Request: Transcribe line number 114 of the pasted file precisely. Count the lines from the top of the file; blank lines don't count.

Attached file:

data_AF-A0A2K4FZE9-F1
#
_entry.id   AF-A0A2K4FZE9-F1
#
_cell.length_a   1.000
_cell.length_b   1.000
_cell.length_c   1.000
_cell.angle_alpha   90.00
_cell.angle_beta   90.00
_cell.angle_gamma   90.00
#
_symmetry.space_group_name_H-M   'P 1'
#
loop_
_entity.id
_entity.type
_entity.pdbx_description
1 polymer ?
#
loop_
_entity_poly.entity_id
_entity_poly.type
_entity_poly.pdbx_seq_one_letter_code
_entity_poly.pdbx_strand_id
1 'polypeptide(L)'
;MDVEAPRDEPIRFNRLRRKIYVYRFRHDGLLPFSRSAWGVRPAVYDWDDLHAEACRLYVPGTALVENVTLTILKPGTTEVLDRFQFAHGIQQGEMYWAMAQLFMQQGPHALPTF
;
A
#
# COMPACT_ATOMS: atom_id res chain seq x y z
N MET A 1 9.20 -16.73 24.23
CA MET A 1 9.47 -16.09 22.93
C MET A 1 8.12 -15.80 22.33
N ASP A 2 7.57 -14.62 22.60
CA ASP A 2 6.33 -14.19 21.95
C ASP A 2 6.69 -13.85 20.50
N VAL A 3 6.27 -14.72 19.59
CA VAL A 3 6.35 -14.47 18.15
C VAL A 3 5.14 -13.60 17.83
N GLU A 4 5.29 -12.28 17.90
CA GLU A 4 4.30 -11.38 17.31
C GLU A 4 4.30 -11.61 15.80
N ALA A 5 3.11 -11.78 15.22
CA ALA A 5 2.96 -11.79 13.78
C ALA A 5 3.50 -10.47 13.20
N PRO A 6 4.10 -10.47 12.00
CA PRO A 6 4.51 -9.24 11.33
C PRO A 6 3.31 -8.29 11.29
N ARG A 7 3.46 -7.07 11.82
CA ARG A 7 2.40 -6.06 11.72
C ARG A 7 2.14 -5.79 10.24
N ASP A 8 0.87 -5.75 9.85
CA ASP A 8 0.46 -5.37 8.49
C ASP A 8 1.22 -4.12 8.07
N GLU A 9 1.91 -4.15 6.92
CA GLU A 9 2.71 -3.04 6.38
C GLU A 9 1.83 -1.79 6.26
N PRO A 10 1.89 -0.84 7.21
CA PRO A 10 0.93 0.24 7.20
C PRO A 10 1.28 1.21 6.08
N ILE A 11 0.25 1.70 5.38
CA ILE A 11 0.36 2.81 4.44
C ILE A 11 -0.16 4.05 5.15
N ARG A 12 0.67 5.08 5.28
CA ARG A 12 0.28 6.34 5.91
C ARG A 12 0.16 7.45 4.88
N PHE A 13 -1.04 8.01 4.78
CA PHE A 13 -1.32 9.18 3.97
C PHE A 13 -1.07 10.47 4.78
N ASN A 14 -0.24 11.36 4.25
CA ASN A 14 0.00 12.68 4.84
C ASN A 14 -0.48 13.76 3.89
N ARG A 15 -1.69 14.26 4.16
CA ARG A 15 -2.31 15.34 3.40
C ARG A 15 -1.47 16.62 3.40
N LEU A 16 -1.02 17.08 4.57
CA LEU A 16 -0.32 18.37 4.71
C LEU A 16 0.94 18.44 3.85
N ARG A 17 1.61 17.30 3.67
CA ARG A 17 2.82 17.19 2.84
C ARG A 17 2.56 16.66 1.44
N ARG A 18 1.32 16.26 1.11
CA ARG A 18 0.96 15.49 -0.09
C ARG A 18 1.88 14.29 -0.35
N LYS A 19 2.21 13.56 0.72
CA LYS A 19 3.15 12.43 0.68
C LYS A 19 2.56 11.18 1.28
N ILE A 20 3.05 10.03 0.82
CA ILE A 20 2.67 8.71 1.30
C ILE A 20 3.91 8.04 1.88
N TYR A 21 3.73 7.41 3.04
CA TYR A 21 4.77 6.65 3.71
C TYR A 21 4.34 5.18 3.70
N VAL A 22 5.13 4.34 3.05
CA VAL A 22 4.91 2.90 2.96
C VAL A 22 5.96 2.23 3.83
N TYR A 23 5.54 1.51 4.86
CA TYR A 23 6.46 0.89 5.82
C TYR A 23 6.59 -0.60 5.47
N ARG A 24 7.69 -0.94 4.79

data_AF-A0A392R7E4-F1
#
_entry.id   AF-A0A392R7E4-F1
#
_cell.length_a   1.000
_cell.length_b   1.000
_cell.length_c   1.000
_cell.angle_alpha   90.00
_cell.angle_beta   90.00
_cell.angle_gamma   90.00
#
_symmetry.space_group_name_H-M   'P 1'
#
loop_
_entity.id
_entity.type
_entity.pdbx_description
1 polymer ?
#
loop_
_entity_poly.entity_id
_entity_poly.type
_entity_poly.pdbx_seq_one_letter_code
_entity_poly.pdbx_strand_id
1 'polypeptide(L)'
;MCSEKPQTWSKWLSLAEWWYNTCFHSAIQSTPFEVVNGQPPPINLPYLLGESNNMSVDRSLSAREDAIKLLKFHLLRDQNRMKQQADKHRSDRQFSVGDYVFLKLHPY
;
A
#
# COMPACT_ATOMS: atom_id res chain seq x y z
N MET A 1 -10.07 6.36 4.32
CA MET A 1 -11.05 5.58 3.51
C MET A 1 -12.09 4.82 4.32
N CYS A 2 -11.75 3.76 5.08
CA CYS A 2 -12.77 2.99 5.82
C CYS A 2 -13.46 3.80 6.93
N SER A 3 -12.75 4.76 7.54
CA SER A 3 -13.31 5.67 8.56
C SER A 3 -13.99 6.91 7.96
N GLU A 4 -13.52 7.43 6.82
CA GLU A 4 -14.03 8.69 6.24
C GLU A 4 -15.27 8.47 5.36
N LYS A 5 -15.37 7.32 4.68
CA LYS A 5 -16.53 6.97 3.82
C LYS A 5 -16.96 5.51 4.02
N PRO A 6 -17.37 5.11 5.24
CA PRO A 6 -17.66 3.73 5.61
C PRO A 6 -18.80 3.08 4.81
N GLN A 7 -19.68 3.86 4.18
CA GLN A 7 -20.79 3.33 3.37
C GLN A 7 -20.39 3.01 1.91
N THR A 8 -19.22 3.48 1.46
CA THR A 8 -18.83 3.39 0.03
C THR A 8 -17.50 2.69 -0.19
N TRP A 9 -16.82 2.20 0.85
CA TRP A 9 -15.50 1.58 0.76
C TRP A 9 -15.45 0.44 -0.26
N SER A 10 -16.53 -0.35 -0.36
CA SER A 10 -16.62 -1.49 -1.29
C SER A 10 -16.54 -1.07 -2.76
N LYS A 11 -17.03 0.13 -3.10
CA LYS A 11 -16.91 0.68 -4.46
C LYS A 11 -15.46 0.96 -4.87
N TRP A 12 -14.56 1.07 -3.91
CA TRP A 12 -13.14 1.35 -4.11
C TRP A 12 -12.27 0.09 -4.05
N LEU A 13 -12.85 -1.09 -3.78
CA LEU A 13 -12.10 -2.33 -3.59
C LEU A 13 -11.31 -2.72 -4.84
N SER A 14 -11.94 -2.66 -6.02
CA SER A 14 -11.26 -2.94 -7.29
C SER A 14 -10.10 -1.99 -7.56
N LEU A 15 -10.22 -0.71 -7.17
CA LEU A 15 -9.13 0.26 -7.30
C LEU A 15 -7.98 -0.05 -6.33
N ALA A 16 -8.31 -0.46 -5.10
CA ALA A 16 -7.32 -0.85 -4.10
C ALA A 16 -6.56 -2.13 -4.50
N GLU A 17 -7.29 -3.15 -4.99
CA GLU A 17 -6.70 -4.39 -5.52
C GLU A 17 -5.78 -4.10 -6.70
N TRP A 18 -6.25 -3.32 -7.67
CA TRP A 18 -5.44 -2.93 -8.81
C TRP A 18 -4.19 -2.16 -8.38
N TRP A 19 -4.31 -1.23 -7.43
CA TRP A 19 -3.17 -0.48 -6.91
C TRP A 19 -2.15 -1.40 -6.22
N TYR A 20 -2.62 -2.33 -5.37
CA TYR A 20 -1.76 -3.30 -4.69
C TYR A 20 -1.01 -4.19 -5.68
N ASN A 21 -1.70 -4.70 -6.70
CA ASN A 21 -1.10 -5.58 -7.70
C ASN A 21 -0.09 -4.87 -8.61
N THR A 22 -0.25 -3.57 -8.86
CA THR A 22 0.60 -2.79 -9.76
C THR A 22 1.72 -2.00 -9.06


loop_